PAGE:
By Sean Car
The state government ended years of speculation last month when it pledged $600 million of taxpayers’ money to remove high-risk cladding from apartment buildings.
Premier Dan Andrews and Minister for Planning Richard Wynne made the announcement on July 16, which followed recommendations from the final report of the government’s Victorian Cladding Taskforce.
The taskforce also recommended the Victorian Government seek a contribution from the Commonwealth to help fund rectification, mounting the case that cladding was a “national problem”.
However, the federal government was quick to quash any speculation that it would pitch in, with federal treasurer Josh Frydenburg stating that his government would not be “picking up the bill” for what he labelled “a state responsibility”.
The Andrews government will instead directly fund half of the rectification works and will introduce changes to the state’s building permit levy to raise the other $300 million over the next five years.
The program will be overseen by a new agency, Cladding Safety Victoria (CSV), which will manage funding and work directly with owners’ corporations (OCs).
The government’s decision to use tax-payer money to rectify buildings with high-risk cladding ends years of discussion in Victoria around how removal should be funded, with the government set to recoup costs from “dodgy builders”.
“This isn’t just about safety, it’s about fairness for people who bought apartments in good faith and were let down by dodgy builders or dangerous building products,” Minister for Planning Richard Wynne said. “The Commonwealth is shirking their responsibilities when it comes to helping fix combustible cladding.”
While it welcomed the government’s plan for rectification, the Property Council of Australia warned that a “700 per cent increase” in building levies would add untenable costs to new construction projects in Victoria.
The Property Council’s Victorian deputy executive director Matthew Kandelaars said he was “deeply concerned” about the impacts of the proposed increase.
“The Government is proposing a 700 per cent increase in the levy for new buildings valued at more than $1.5 million,” he said. “For works as low as $800,000, it is proposed the levy rate will double. These are not big building projects by any stretch.”
“The increases which are being proposed for new projects are disproportionate and unreasonable when you consider that the buildings being targeted for rectification have previously been lawfully approved under the Victorian building code.”
“We understand and support the imperative to strengthen public confidence in construction and building safety and address the looming insurance crisis. However, a unilateral and massive increase in construction costs is not the answer.”
The government’s taskforce, headed by former Victorian Premier Ted Baillieu and former Deputy Premier John Thwaites, has worked with the Victorian Building Authority (VBA) to identify 15 buildings that will have their cladding fixed first.
The government has said that CSV would soon start contacting OCs and property owners, starting with those buildings that had been identified by the taskforce as the greatest risk, while the VBA continues to audit buildings across the state.
The taskforce’s final report, released on July 16, stated that of the 2227 buildings audited in Victoria to date, 1069 were found to have combustible cladding. Of those, 72 were deemed to be extreme risk, 409 high risk, 388 moderate risk and 200 low risk.
Federal Greens MP for Melbourne Adam Bandt welcomed the government’s decision and urged it to begin funding the removal of dangerous cladding immediately.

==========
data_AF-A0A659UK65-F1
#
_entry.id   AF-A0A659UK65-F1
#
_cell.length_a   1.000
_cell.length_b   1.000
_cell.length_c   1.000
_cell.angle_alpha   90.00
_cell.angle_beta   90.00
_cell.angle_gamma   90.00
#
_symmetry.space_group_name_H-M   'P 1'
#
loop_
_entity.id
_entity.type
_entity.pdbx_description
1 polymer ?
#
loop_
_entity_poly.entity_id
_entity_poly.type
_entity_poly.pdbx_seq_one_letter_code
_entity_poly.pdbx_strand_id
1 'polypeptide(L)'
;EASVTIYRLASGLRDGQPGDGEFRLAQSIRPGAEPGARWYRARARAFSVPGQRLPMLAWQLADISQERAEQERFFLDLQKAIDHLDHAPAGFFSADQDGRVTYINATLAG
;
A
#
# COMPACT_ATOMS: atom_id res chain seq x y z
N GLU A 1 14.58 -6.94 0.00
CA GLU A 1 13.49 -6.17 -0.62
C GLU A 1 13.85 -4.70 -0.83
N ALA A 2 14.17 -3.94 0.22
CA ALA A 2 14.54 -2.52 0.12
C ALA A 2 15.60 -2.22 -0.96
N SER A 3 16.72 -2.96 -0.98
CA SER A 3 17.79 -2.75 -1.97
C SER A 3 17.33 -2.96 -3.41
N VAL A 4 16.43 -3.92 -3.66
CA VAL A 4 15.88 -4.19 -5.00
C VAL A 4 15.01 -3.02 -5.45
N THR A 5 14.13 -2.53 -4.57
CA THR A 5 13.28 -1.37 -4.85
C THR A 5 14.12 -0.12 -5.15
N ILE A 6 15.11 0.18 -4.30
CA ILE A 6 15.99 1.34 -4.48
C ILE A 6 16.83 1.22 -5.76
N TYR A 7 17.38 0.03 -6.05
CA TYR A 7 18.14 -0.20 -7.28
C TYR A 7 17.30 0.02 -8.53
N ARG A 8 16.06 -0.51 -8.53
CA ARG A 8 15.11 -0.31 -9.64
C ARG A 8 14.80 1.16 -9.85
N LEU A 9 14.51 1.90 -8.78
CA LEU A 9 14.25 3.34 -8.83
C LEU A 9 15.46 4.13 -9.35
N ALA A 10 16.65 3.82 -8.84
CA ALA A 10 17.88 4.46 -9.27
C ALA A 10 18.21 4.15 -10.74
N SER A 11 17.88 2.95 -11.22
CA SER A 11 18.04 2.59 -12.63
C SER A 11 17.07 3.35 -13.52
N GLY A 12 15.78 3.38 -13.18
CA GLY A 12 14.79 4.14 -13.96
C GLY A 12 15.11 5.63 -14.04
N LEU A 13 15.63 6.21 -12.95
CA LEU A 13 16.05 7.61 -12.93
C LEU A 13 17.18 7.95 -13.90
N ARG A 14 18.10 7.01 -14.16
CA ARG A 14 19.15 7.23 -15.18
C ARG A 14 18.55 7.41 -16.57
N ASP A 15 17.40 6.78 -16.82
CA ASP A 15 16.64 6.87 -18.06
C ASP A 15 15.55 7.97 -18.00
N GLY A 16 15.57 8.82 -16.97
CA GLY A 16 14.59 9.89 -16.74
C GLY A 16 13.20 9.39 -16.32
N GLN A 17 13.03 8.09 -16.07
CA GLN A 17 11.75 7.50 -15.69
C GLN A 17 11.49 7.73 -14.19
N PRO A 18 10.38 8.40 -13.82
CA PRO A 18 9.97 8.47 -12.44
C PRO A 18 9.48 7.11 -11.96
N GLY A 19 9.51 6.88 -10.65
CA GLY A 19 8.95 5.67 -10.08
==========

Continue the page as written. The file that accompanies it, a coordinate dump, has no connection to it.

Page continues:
“This is a victory for all the residents who have pushed for action. This is what happens when people speak up and demand that governments act,” Mr Bandt said.
“Once this cladding is removed, the government should pursue those responsible in court and implement a new levy on developers to recoup the costs.”
The announcement would also appear to draw an end to the government’s failed cladding rectification agreement (CRA) loan scheme. CBD News reported in July that not a single loan had been issued in Victoria under the scheme since it was introduced last year.
The complicated scheme involves a three-way loan between owners, council and a lender, which allows an owner to pay off a loan through their council rates.
Lannock Strata Finance CEO Paul Morton, whose company funded the Lacrosse building in Docklands to enable the OC to commence rectification and pursue litigation, said that the government’s scheme was never commercially viable.
“The market for lending to owners’ corporations is mature and competitive. There is no reason or justification for government intervention,” he said. “Lannock will lend 100 per cent of the amount required to fix all cladding rectification on strata buildings in Victoria.”
“From a lenders point of view there are lots of practical problems with the CRA. It’s uncommercial. There is no arrears management process in place and council has to set up all of these new systems, which they don’t normally do.”
The government’s announcement was also followed by the news of a landmark agreement being struck between states, territories and the Commonwealth on July 18, which will see a new national taskforce funded to pursue nationally consistent building standards.
Held at the Building Ministers Forum held in Sydney, Minister for Planning Richard Wynne said the agreement would mean that the Australian Building Codes Board (ABCB) would be expanded, better resourced and force greater engagement from the building industry. The ABCB will now be tasked with preparing a national framework to guide implementation of recommendations from the Shergold Weir Building Confidence report.
States and territories also agreed to work towards a coordinated approach on professional indemnity insurance.
To view the Victorian Cladding Taskforce’s final report: